Having only days previously made statements that such a deal was unlikely and warning their citizens to prepare for a no deal Brexit, the United Kingdom (UK) and the European Union (EU) announced on 24 December 2020 that they had reached an agreement in principle on trade and co-operation. More than 1200 pages long, the draft trade and co-operation agreement (TCA)[1] lays out the foundation for the future (i.e. post-Brexit) relationship on trade and business between the UK and EU, narrowly avoiding a no-deal Brexit mere days before the Brexit deadline. The TCA has since been universally approved by the ambassadors of the 27 EU countries allowing the deal to have immediate effect (although it still needs to be ratified by the EU parliament, which is scheduled for January 2021) and as at the date of this blog, has now been approved by the UK (through ratification in Parliament).

For those of you who have not been following the twists and turns of the UK’s departure from the EU (especially if you are wondering why we are still talking about Brexit when Brexit happened 11 months ago), the following summary of events may be helpful:

  1. in May 2015, the Conservative Party, having spent the previous 5 years in a coalition government with the Liberal Democrat party, wins an outright majority in the House of Commons of the UK Parliament, on a manifesto including a pledge to hold a referendum on UK membership of the EU. On the morning after the election, the then Prime Minister, David Cameron, announced an intention to hold such referendum as soon as possible. Most people expected the referendum to result in a vote in favour of the UK remaining in the EU;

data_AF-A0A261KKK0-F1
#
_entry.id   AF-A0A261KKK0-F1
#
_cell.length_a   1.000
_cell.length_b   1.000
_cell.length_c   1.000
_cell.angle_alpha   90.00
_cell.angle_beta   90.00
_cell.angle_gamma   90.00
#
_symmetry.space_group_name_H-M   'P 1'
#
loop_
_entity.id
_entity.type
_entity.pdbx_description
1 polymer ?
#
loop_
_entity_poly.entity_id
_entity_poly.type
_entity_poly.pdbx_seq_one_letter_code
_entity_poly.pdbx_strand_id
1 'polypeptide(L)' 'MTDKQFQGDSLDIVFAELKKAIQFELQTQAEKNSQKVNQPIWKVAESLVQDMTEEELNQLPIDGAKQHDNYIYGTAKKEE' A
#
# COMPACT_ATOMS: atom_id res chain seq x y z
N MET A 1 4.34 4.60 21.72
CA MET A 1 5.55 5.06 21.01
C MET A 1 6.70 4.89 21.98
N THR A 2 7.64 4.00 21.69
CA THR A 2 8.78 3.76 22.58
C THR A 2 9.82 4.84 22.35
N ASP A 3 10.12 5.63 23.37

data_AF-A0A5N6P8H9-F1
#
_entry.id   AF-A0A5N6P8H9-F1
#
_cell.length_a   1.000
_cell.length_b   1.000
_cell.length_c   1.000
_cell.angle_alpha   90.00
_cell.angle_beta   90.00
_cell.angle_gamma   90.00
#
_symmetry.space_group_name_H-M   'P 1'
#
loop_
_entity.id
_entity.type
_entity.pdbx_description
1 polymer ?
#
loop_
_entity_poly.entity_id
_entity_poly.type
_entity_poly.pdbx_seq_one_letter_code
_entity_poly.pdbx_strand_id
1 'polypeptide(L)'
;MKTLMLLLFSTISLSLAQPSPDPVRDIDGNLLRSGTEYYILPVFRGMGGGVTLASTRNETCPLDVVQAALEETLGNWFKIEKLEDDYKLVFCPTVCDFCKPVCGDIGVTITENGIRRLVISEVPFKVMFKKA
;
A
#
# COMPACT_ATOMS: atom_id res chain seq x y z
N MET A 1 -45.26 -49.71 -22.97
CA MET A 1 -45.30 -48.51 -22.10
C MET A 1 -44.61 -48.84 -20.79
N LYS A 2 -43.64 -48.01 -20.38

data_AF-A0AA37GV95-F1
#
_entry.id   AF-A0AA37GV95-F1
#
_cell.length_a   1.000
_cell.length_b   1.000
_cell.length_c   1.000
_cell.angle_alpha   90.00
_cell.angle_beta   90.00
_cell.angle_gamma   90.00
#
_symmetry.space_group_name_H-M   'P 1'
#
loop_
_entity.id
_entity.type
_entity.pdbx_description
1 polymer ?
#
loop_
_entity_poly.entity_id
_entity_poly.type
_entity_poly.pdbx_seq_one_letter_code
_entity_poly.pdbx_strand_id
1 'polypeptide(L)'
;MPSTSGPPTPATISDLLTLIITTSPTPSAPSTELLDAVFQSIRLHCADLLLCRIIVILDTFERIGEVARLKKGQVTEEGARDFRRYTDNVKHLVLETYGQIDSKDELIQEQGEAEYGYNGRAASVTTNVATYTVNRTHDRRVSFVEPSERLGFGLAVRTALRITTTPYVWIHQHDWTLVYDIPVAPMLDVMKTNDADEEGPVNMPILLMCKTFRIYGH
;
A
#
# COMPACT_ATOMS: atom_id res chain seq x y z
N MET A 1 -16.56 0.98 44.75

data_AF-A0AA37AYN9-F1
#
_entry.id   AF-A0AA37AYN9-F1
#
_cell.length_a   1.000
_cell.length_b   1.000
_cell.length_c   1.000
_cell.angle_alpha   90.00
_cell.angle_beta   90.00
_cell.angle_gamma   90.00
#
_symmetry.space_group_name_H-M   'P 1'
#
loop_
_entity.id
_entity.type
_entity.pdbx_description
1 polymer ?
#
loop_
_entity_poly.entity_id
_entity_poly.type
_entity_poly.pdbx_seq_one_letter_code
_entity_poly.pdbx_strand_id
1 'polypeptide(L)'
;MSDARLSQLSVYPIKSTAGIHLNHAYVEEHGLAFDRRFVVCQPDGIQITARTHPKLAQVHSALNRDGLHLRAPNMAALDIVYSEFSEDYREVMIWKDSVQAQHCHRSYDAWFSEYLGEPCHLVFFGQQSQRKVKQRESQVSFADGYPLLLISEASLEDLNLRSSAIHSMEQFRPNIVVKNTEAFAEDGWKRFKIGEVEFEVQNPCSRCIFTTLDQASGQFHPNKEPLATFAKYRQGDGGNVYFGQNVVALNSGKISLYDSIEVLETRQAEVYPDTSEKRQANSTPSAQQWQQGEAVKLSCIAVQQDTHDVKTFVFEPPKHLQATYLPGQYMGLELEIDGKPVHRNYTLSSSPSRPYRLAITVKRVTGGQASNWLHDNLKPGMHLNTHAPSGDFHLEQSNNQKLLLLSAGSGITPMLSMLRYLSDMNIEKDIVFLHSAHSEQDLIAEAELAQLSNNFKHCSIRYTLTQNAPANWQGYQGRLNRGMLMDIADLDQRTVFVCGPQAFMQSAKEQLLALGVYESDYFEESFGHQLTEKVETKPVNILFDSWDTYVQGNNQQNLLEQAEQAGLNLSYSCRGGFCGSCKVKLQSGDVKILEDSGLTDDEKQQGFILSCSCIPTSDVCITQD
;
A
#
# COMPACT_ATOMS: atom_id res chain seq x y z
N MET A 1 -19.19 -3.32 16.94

2. in June 2016, the referendum is held and the UK votes to leave the EU. David Cameron resigns as Prime Minister and Theresa May succeeds him;
  3. the UK government serves notice on the EU that it intends to leave the EU, triggering a two year period in which to finalise an agreement to leave the EU;
  4. the two year period has to be extended on numerous occasions. In large part, this is due to Theresa May calling an election in 2017 which leaves the Conservative Party as the largest party in the House of Commons, but without a majority (i.e. the Conservative Party became a minority government). No agreement that such government is able to negotiate with the EU is capable of securing the majority needed in the House of Commons to be ratified by the UK;
  5. Theresa May resigns as Prime Minister and is replaced by Boris Johnson. He holds an election in 2019 which restores the Conservative Party majority in the House of Commons on a manifesto of “Getting Brexit done” and agrees a withdrawal agreement with the EU under which Brexit occurs on 31 January 2020, but with an 11 month “transition period” (also known as the “implementation period”) expiring on 31 December 2020. During the transition period, the UK remains subject to EU law and continues to trade with the EU as if it were still in the EU, while an agreement for the future trade relationship between the EU and the UK is to be negotiated. If no agreement had been reached between the EU and the UK by 31 December 2020, then the UK would have left the EU entirely and, in the absence of a trade agreement, would only have been able to trade with the EU on World Trade Organisation (or WTO) terms, which include significant tariff barriers and quota restrictions on such trade. In order for the UK to retain tariff and quota free trade access to the EU, an agreement on the future (i.e. post-Brexit) relationship between the EU and the UK needed to be agreed before the end of the transition period (i.e. by no later than 31 December 2020);
  6. Brexit was thus a two stage process, whereby the UK’s departure was initially negotiated (i.e. the withdrawal agreement) and only thereafter was a post-Brexit trading agreement negotiated. The TCA represents that post-Brexit trading agreement.